Converse has proven to be the perfect party guest – low maintenance, fun, a good listener, and always leaving the coolest kicks at the door.

Photo compliments of Flickr user, I am a small man.

Photo compliments of Flickr user,                      I am a small man.


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Men’s Wearhouse: The calm before the storm

Photo courtesy of Thomas Hawk.

Former Men’s Wearhouse spokesperson, George Zimmer.  Photo courtesy of Thomas Hawk.

With the recent firing of Men’s Wearhouse spokesperson, George Zimmer, many opinions have surfaced addressing the question, “What would you have done differently?”

In order to ensure a successful transition of the founder out of his role as company spokesperson, here are just a few of the things that I would have done:

  1. Create a transition plan – Identify who will take over the role of company spokesperson when Zimmer leaves.  Not necessarily someone just like Zimmer, but an individual who will fill the role appropriately and also bring his own unique traits to the table.   So, for example, Zimmer was never really a strikingly handsome man.  Perhaps to fill his role, Men’s Wearhouse should consider hiring an attractive, young man who could serve as Zimmer’s protégé of sorts.  This would also assist with maintaining the presence of a familiar face in the branding efforts.  Doug Haslam calls this as the “Trapper John/BJ” effect, referring to characters from the popular television show M*A*S*H.
  2. Be honest with customers early on via social media and other traditional PR avenues as to why Zimmer was being let go and where the company plans to go from here. Otherwise customers are left to draw their own conclusions, and we all know how that story typically unfolds…
  3. Place emphasis on the voice of the company itself and its products and services, with Zimmer providing a benefit, but not being the entire draw. By placing emphasis on what Men’s Wearhouse is truly all about, the suits, it would help alleviate some of the pressure placed on Zimmer as the spokesperson.
  4. One last favor – Ask Zimmer to either appear in one last advertisement with a farewell message or to release a statement explaining his exit from the company.  By having Zimmer actively participate in his final statement, it would help add credibility to the message.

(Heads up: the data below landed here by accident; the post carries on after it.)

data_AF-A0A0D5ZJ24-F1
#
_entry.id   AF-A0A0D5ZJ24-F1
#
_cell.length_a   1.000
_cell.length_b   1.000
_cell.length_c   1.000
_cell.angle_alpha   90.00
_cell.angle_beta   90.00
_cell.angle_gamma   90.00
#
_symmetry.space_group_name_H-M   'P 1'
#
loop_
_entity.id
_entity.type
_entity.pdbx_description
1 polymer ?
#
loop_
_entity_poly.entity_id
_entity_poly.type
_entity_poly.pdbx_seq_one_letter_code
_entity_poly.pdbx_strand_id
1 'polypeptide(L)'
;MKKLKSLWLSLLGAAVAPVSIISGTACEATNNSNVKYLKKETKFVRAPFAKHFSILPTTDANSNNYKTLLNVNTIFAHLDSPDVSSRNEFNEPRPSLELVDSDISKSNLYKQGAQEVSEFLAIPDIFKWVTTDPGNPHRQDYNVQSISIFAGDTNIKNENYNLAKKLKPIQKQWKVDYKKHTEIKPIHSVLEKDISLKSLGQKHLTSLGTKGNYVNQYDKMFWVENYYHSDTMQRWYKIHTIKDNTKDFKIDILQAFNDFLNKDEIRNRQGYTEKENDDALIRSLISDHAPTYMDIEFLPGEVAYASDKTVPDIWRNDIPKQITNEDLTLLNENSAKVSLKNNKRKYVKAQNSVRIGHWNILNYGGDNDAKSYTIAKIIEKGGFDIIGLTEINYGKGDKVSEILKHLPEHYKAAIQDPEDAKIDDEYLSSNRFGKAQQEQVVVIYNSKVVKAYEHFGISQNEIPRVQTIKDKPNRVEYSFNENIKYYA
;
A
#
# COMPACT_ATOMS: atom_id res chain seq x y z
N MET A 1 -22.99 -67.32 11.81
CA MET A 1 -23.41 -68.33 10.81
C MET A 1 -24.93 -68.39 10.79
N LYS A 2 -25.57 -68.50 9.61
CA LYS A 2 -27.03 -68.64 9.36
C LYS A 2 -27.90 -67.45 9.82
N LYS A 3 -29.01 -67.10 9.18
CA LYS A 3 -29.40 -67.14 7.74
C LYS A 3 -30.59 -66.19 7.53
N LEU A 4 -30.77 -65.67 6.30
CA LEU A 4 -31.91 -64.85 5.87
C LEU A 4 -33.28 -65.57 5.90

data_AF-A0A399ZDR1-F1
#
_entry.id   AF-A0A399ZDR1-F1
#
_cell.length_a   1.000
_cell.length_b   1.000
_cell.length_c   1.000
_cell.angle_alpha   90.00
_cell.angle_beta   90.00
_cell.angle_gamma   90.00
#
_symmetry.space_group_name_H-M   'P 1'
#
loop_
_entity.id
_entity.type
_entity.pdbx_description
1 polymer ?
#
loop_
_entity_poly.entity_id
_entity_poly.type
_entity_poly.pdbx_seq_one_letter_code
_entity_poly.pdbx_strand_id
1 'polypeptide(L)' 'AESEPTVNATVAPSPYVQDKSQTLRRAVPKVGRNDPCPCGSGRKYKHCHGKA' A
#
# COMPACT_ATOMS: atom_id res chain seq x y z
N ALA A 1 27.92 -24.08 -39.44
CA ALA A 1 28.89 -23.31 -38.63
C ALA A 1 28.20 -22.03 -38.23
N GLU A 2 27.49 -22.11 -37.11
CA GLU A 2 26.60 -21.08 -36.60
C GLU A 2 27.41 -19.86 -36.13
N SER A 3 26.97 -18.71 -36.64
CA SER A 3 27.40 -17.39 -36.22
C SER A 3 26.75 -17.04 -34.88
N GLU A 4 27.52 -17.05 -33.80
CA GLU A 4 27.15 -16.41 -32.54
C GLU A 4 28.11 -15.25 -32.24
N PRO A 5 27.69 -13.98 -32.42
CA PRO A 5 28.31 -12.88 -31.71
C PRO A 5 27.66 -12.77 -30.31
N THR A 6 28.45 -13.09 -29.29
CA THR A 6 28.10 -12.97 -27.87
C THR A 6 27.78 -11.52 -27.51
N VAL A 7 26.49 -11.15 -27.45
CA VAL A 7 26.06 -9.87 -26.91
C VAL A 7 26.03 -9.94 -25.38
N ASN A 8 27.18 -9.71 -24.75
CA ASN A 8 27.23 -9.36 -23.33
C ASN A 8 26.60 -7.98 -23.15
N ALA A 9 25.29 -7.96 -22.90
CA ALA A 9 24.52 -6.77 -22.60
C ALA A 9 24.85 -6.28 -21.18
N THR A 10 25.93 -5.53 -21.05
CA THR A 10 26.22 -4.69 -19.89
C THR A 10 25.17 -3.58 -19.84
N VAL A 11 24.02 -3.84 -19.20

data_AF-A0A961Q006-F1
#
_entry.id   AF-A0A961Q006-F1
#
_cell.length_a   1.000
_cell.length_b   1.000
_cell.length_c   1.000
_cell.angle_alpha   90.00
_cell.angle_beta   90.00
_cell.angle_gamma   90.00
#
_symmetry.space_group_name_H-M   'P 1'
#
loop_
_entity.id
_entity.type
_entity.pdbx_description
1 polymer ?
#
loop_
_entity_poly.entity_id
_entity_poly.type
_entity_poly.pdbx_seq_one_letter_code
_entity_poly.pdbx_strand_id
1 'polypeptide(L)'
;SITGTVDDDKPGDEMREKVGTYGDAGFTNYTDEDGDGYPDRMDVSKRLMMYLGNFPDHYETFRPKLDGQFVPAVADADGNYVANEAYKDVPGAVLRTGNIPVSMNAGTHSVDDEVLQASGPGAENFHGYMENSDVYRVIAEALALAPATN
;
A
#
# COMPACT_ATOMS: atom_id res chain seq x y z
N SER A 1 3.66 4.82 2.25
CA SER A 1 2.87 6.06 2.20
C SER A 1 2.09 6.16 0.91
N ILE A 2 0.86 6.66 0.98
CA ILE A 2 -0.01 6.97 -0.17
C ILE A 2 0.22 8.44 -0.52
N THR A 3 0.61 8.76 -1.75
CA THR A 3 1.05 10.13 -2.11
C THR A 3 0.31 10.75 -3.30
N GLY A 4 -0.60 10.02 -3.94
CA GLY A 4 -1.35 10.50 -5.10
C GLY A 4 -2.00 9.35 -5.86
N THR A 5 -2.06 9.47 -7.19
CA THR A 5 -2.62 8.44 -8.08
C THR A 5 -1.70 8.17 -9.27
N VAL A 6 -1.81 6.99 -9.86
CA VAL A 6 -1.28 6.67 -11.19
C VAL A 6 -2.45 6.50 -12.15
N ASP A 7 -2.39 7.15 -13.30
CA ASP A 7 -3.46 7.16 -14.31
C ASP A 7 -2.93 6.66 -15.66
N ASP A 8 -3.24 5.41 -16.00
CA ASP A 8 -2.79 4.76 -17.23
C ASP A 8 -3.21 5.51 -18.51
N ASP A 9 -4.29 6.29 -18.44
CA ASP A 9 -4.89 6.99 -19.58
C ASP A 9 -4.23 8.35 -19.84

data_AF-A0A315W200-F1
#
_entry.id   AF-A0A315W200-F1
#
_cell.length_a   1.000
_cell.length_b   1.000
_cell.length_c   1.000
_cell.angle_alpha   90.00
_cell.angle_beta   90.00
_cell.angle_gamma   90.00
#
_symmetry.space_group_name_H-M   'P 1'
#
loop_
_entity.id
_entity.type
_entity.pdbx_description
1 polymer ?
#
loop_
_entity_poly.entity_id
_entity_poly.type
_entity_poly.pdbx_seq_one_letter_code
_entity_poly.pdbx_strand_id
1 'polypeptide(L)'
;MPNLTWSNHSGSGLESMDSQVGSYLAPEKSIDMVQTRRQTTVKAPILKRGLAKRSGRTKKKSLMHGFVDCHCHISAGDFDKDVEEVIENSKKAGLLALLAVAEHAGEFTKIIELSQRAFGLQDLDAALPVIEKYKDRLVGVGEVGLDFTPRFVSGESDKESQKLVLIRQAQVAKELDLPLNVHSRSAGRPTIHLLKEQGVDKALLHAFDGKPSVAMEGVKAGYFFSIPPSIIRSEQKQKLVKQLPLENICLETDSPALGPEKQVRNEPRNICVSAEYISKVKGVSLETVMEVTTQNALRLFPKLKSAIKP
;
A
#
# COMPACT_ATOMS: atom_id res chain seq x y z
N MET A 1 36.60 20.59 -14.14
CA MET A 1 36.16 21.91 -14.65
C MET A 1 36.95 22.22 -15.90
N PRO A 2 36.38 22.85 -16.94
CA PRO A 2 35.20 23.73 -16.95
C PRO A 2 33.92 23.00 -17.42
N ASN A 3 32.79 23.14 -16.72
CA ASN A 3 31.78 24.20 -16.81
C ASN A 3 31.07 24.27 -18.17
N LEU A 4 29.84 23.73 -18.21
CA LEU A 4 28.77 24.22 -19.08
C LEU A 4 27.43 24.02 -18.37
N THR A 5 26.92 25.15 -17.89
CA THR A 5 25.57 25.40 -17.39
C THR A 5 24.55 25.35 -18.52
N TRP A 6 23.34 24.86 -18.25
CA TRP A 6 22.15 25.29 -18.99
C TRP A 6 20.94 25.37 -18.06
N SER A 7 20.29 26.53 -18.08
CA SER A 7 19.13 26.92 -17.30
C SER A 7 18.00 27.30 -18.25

5. Focus on the positives – Perhaps host a National Suit Drive during the transition featuring the new spokesperson and his commitment to giving back to the community and those less fortunate.
Men's Wearhouse National Suit Drive.  Photo courtesy of Brandon Doran.

Men’s Wearhouse National Suit Drive.                           Photo courtesy of Brandon Doran.

Hindsight is always 20/20

On the flipside, if I was brought in to consult after the crisis, I would likely employ the following steps:

  1. Identify a target audience for a response to the criticism.  Pinpoint specific talkers and customers and respond to them directly with honest and straightforward answers.
  2. Focus on responding to the audience that is talking to us in the way they want to hear from us. Because Men’s Wearhouse customers are avid social media users, it would behoove the company to respond directly to folks in those spaces.  A standard press release might not be the best bet in this case.
  3. Record our own YouTube video responding to the criticism ensuring that we will do all that we can to reverse any wrongdoings and restore the Men’s Wearhouse brand image.  Domino’s Pizza is a great example of a company that did this very well in 2009 when responding to criticism regarding the quality of its food.
  4. Launch a campaign similar to what LIVESTRONG did when responding to the Lance Armstrong crisis.  The company made it very clear to its customers that LIVESTRONG is about more than just one person:

“Thank you for standing with the Foundation — now, in the past, and most importantly, in the future. Your encouragement energizes us and we are going strong, serving people affected by cancer. People are in the fight of their lives. This place has never been about one man, and we are grateful beyond measure for every message of hope and good will that we receive.” LIVESTRONG.